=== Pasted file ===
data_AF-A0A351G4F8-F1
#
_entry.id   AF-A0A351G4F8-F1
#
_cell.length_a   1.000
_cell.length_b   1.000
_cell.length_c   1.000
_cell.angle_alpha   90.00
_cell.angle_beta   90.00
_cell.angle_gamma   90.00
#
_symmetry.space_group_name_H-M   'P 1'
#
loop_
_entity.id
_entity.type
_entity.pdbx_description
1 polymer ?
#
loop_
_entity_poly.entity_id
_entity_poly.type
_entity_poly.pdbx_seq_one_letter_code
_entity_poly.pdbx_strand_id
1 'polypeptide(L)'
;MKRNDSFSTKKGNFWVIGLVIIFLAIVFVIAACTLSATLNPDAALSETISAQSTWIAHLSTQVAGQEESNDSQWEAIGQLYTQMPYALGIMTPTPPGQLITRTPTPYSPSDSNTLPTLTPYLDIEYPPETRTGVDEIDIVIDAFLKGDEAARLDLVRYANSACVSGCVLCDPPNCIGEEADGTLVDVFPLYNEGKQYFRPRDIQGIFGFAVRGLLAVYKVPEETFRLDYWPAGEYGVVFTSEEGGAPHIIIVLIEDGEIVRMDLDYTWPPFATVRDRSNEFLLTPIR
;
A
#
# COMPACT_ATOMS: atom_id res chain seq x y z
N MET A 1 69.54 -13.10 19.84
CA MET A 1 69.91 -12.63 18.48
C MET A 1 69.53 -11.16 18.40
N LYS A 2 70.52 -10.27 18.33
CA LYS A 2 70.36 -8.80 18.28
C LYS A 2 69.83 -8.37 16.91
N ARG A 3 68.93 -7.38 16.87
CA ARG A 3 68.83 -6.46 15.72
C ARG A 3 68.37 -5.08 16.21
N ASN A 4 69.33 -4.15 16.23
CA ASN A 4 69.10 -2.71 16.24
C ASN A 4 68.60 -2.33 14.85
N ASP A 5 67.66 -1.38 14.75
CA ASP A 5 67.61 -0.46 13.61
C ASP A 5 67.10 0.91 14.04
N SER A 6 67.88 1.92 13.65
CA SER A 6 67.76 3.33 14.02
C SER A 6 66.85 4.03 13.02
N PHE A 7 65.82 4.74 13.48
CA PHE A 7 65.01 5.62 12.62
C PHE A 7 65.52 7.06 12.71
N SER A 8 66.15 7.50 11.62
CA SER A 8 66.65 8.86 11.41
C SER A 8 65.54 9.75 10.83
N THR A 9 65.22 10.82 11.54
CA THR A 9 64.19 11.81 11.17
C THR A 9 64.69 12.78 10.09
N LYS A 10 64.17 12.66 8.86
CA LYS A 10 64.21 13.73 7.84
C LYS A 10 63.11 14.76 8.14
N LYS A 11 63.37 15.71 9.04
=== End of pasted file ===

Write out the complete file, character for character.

data_AF-A0A351G4F8-F1
#
_entry.id   AF-A0A351G4F8-F1
#
_cell.length_a   1.000
_cell.length_b   1.000
_cell.length_c   1.000
_cell.angle_alpha   90.00
_cell.angle_beta   90.00
_cell.angle_gamma   90.00
#
_symmetry.space_group_name_H-M   'P 1'
#
loop_
_entity.id
_entity.type
_entity.pdbx_description
1 polymer ?
#
loop_
_entity_poly.entity_id
_entity_poly.type
_entity_poly.pdbx_seq_one_letter_code
_entity_poly.pdbx_strand_id
1 'polypeptide(L)'
;MKRNDSFSTKKGNFWVIGLVIIFLAIVFVIAACTLSATLNPDAALSETISAQSTWIAHLSTQVAGQEESNDSQWEAIGQLYTQMPYALGIMTPTPPGQLITRTPTPYSPSDSNTLPTLTPYLDIEYPPETRTGVDEIDIVIDAFLKGDEAARLDLVRYANSACVSGCVLCDPPNCIGEEADGTLVDVFPLYNEGKQYFRPRDIQGIFGFAVRGLLAVYKVPEETFRLDYWPAGEYGVVFTSEEGGAPHIIIVLIEDGEIVRMDLDYTWPPFATVRDRSNEFLLTPIR
;
A
#
# COMPACT_ATOMS: atom_id res chain seq x y z
N MET A 1 69.54 -13.10 19.84
CA MET A 1 69.91 -12.63 18.48
C MET A 1 69.53 -11.16 18.40
N LYS A 2 70.52 -10.27 18.33
CA LYS A 2 70.36 -8.80 18.28
C LYS A 2 69.83 -8.37 16.91
N ARG A 3 68.93 -7.38 16.87
CA ARG A 3 68.83 -6.46 15.72
C ARG A 3 68.37 -5.08 16.21
N ASN A 4 69.33 -4.15 16.23
CA ASN A 4 69.10 -2.71 16.24
C ASN A 4 68.60 -2.33 14.85
N ASP A 5 67.66 -1.38 14.75
CA ASP A 5 67.61 -0.46 13.61
C ASP A 5 67.10 0.91 14.04
N SER A 6 67.88 1.92 13.65
CA SER A 6 67.76 3.33 14.02
C SER A 6 66.85 4.03 13.02
N PHE A 7 65.82 4.74 13.48
CA PHE A 7 65.01 5.62 12.62
C PHE A 7 65.52 7.06 12.71
N SER A 8 66.15 7.50 11.62
CA SER A 8 66.65 8.86 11.41
C SER A 8 65.54 9.75 10.83
N THR A 9 65.22 10.82 11.54
CA THR A 9 64.19 11.81 11.17
C THR A 9 64.69 12.78 10.09
N LYS A 10 64.17 12.66 8.86
CA LYS A 10 64.21 13.73 7.84
C LYS A 10 63.11 14.76 8.14
N LYS A 11 63.37 15.71 9.04